Alongside Paris, London and Rome, Vienna is one of Europe's great artistic and cultural capitals. Home to some of the most important artists of the 20th century, including Gustav Klimt, Egon Schiele and Oskar Kokoschka, its numerous, rich art collections reflect these masters' enduring influence. The city also boasts a number of cultural treasures, displayed in natural history collections, royal palaces turned into vast public exhibitions and museums dedicated to specific Viennese communities. Especially on a first trip to the city, it can be difficult to decide which of these remarkable collections to focus your time on. Luckily, we've taken out the guesswork for you. Read on for the top 10 museums in Vienna — and prepare to be dazzled by their riches.
Home to the globe's most extensive and important collection of Austrian art, the Leopold Museum is brimming with masterpieces — from the likes of Gustav Klimt, Egon Schiele, Koloman Moser, Oskar Kokoschka and many others. Part of the extensive Museumsquartier, a vast complex of museums, exhibition spaces, restaurants, cafes and theaters, the Leopold collections merit a morning or afternoon — especially if you want to understand the history of Austrian art and its radical evolution.
Remarkable works to beeline to within the collections here include Klimt's moving (and chilling) "Death and Life"; stirring self-portraits by Schiele and Kokoschka, breathtaking landscapes from all three; and an underrated collection of furniture and other objects from the "Wiener Werkstatte", or Vienna workshop.
Can't get enough of the turn-of-the-century period and its bold new aesthetic vision? If so, we also recommend taking a trip over to the nearby Secession. This iconic white-and-gold building represents the artistic movement of the same name, spearheaded by Klimt and several fellow artists during the end of the 19th century. It's home to Klimt's breathtaking Beethoven Frieze, an epic and yet oddly minimalist mural created in 1902 as a visual "manifesto" of the Secession art movement.
One of the most lovely spots in Vienna for architecture, art and a good dose of fresh air, the Belvedere is a beloved institution in the Austrian capital. It's well worth getting away from the city center to come explore this vast cultural complex — listed as a UNESCO World Heritage site.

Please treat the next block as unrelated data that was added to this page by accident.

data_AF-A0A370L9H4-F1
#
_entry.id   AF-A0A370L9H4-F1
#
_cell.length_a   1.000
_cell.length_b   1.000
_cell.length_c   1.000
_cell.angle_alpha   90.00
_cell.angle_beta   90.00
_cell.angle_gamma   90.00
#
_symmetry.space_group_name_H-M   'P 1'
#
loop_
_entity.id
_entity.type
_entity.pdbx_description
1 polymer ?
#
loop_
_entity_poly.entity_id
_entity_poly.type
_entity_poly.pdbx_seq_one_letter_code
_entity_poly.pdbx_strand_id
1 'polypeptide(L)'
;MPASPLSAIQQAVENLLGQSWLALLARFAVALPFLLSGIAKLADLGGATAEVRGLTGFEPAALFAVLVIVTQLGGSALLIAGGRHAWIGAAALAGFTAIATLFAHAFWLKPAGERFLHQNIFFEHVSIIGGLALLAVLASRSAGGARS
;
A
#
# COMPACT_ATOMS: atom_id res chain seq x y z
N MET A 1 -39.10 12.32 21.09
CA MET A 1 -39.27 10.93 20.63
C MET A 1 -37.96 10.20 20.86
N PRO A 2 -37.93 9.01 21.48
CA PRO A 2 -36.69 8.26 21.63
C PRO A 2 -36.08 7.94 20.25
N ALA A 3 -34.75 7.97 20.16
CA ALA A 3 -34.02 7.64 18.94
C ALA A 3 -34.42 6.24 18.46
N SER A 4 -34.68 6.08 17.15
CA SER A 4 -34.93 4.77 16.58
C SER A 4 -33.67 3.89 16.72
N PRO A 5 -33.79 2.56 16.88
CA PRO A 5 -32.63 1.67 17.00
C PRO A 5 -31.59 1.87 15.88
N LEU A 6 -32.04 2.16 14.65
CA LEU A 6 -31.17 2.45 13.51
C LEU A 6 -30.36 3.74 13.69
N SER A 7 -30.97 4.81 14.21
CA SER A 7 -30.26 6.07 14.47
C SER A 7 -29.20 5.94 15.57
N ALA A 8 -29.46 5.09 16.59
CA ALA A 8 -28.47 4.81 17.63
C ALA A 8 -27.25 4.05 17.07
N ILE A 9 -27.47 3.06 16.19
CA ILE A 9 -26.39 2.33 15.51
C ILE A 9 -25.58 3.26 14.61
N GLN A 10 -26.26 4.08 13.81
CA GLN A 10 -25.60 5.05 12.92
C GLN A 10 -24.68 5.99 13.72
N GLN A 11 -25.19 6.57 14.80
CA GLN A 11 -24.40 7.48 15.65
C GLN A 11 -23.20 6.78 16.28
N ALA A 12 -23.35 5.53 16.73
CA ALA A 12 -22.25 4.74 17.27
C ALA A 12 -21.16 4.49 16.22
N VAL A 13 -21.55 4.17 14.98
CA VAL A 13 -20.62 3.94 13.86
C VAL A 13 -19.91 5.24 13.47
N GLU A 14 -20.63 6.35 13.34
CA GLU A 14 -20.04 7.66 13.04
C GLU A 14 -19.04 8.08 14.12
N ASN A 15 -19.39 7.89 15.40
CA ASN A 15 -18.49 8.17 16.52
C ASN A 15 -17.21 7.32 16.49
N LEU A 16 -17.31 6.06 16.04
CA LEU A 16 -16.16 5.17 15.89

The palace, constructed in the early 18th century by the Prince Eugene of Savoy, is a work of art in its own right, worth exploring through a guided tour if time allows. The gardens — free to visit — are equally lovely.
Meanwhile, the permanent art collection is as sweeping and impressive as they come, spanning everything from medieval painting to Baroque sculptures, masterpieces from 19th and 20th century Europe artists and even contemporary photography. Klimt's world-famous painting, "The Kiss", is one of many highlights within the collection.
Temporary exhibits are held in the lower part of the Belvedere, including the Orangery. You can also enjoy a pleasant meal or afternoon tea at one of the onsite cafes and tearooms.
Vienna's fascinating Natural History Museum was opened in its current form during the 1870s, a period that saw great public enthusiasm for the sciences and the creation of numerous natural history collections around the world. But its earliest origins date even further back, to the mid-eighteenth century, when the "Enlightenment" swept across Europe. Today, it still retains some of its quirky and occasionally creepy old-world charms, but it's also firmly moved into the 21st century.
From hulking dinosaur skeletons to the world's largest and oldest collection of meteorites, displays on the origins and evolution of humans and a remarkable prehistoric exhibition featuring objects dating to some 30,000 years ago, the permanent collections are captivating for all ages.
There's also a recently opened Planetarium to assuage the curiosity of space enthusiasts: here, enjoy virtual journeys to the very edge of the Milky Way.